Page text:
3 Older Detroit Residents on Life During the Pandemic

Life in Quarantine, According to 3 Older Women

As a 22-year-old fresh out of college, I’ve watched as COVID-19 stripped away all the last-hurrahs I’d awaited in my final semester—only to be released into a world that had even less to offer than I’d been warned to expect. Well acquainted with my own struggles, I spoke with three women from Detroit—Mamie, 94, Francisca, 67, and Chris, 75—about their own experiences during quarantine—and was reminded that there are still plenty of ways to seek out connection, grace, and joy, even now. Below, all three women discuss how their lives have changed while shielded from the outside world.

Mamie, 94, lives with her husband in an assisted living facility and recreates fond memories through cooking.

Life in Quarantine, According to 3 Older Women

I sometimes watch the cooking shows on TV, and I get some recipes from there. I like the chef from New Orleans. And I like to look at the one that has this air fryer. Martha Stewart—I like her. I do that every day. It’s rewarding.

My favorite thing to cook? Greens. Anything with vegetables. When I was small, we grew up on vegetables. We didn’t have fried food like they do now. For dinner, every day from Monday through Friday, we had boiled vegetables. And then on Saturday, we had boiled vegetables with cooked fish. I’m 94 years old, so I’m from the old school [laughs]. We enjoyed that. We thought we were rich and we didn’t have nothing, but we had plenty of food. We had hogs that we’d kill and smokehouses with hams hanging up. We didn’t want for nothing. We were very happy and broke [laughs]. It was a happy time.

My sisters and I were talking about the way we were raised—the right way. I always tell the kids when they go on off to school to take God with you, and if you’re having a problem, take it to Him and He will make a way for it. So far we’ve just been trusting the Lord. That’s my biggest, happiest thing to do.

Life in Quarantine, According to 3 Older Women

On what it would take for her to feel comfortable again
They would have to have a secure vaccine. My cousin says, “Maybe in the next year.” I say, “Oh, that’s a long time.” I think the president should listen to the doctors, but he won’t. And these kids going back to school, it’s dangerous. My niece is still going to school online. She’s afraid, too.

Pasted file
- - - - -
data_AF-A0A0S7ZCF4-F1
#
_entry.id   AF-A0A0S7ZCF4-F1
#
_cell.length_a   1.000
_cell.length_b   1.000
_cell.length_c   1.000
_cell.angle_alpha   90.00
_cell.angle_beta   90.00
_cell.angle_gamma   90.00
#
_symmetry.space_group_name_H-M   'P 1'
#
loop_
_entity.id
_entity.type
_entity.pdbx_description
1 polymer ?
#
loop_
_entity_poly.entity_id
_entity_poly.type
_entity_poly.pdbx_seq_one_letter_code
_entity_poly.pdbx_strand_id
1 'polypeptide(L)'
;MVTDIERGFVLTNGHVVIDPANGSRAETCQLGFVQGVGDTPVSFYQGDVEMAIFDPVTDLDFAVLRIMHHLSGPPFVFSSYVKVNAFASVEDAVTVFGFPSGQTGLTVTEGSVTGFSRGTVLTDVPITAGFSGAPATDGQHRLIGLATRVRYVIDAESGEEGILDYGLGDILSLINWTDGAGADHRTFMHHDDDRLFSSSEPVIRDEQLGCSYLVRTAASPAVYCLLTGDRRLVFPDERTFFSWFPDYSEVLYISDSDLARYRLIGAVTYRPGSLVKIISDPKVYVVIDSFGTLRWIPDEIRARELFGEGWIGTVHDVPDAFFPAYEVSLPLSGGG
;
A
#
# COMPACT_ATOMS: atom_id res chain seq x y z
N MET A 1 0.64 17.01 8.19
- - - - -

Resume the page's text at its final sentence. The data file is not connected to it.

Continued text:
With the things going on now, I wouldn’t even think of doing something. The world has changed. I just hope and pray for everything to be in divine order. I remember polio. At first, they didn’t have a cure for it. Finally, they found something that would help, and that was a blessing. But I’ve never seen anything this bad. I’ve never been in nothing like this, ever.

My husband has a bit of dementia, and there are things he just can’t remember. I don’t think he has any idea what’s going on. That’s one thing that’s changed, too. I can’t relate to him like we did before because I can’t discuss anything with him. We talk about things, but sometimes I don’t know what he’s talking about. He’s calm; I don’t have any trouble with him. I can see the change in him, from where he used to be. He’s 92. I pray every night and day that the Lord will let me stay here and take care of him. I don’t want to put him in a nursing home.

My experience during this time is just trusting in God for everything. We definitely need prayer. Prayer saves everything. I have the experience of the Lord leading me. I know He will do it. Some people may doubt things, but God is the one we have to look to.

Life in Quarantine, According to 3 Older Women

On the current Black Lives Matter movement
I was listening to a program about [the death of] John Lewis, and how he was treated. Tears came in my eyes because it was so hurtful. He was a champion. He didn’t give up. He kept fighting to the end. That really stuck with me. I’m hoping that there will be some change, and we all can live in peace.

We all need to pray more and trust in God—that’s what I say. I don’t care whether you’re Black, white, green or red. We all bleed red.

Francisca, 67, lives at home with her son and finds joy in her 7 (seven!) dogs.

Life in Quarantine, According to 3 Older Women

(Answers have been translated from Spanish.)
My dog actually had five puppies on the exact day all of this started. That was unforgettable. Imagine being with the vet and seeing your dog have puppies on the day that the pandemic really began. Thanks to them, I’ve been able to entertain myself while quarantined in my house. They’re babies, so they can cause a lot of trouble. As soon as they opened their eyes and started walking around, they were driving me crazy. But they’ve kept me feeling good through this. Thanks to them, I’ve been busy. I’ve had a job taking care of seven pets—five puppies and their parents. I’m happy to have them around.

On changing her daily routine
I have spinal injuries, and also some problems with my vision, but my appointments canceled due to the pandemic. More recently, I’ve been able to see doctors weekly, so I can keep moving forward with my progress. I always make sure that I’m wearing a mask.

Here in the house, I try to do the chores that I can, but I can’t do them at 100 percent because of my health. I do my best to stay busy at home so I don’t start thinking too negatively. I’ve started to develop not depression but an anxiety because I can’t do anything I did in the past, like spending time with family and other things that seem normal. When I saw my doctor on Friday, I told him about what I’ve been feeling, and he asked if I’ve had any thoughts about committing suicide. I said, “No, no.” I would never think to do that. I try to stay as calm as I can.

My health comes first, so I’ll do what I have to do. I also have my puppies, and I try to take them out in the yard when I can. I’ve been trying to avoid any negative, anxious thoughts.